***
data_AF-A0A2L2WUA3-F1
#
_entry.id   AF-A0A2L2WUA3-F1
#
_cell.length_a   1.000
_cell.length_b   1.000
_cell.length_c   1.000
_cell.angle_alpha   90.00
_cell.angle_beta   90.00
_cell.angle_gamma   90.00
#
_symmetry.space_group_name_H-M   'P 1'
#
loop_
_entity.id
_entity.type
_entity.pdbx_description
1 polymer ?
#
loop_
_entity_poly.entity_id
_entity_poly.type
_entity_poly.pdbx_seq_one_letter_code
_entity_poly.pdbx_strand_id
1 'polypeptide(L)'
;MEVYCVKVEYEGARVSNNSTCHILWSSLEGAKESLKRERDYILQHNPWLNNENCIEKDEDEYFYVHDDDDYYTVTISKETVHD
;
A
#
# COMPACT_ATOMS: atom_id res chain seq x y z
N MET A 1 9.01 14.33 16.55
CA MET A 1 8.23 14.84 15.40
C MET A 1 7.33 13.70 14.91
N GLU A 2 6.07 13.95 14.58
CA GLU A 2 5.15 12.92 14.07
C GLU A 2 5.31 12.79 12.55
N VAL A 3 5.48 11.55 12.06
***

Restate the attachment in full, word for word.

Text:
data_AF-A0A2L2WUA3-F1
#
_entry.id   AF-A0A2L2WUA3-F1
#
_cell.length_a   1.000
_cell.length_b   1.000
_cell.length_c   1.000
_cell.angle_alpha   90.00
_cell.angle_beta   90.00
_cell.angle_gamma   90.00
#
_symmetry.space_group_name_H-M   'P 1'
#
loop_
_entity.id
_entity.type
_entity.pdbx_description
1 polymer ?
#
loop_
_entity_poly.entity_id
_entity_poly.type
_entity_poly.pdbx_seq_one_letter_code
_entity_poly.pdbx_strand_id
1 'polypeptide(L)'
;MEVYCVKVEYEGARVSNNSTCHILWSSLEGAKESLKRERDYILQHNPWLNNENCIEKDEDEYFYVHDDDDYYTVTISKETVHD
;
A
#
# COMPACT_ATOMS: atom_id res chain seq x y z
N MET A 1 9.01 14.33 16.55
CA MET A 1 8.23 14.84 15.40
C MET A 1 7.33 13.70 14.91
N GLU A 2 6.07 13.95 14.58
CA GLU A 2 5.15 12.92 14.07
C GLU A 2 5.31 12.79 12.55
N VAL A 3 5.48 11.55 12.06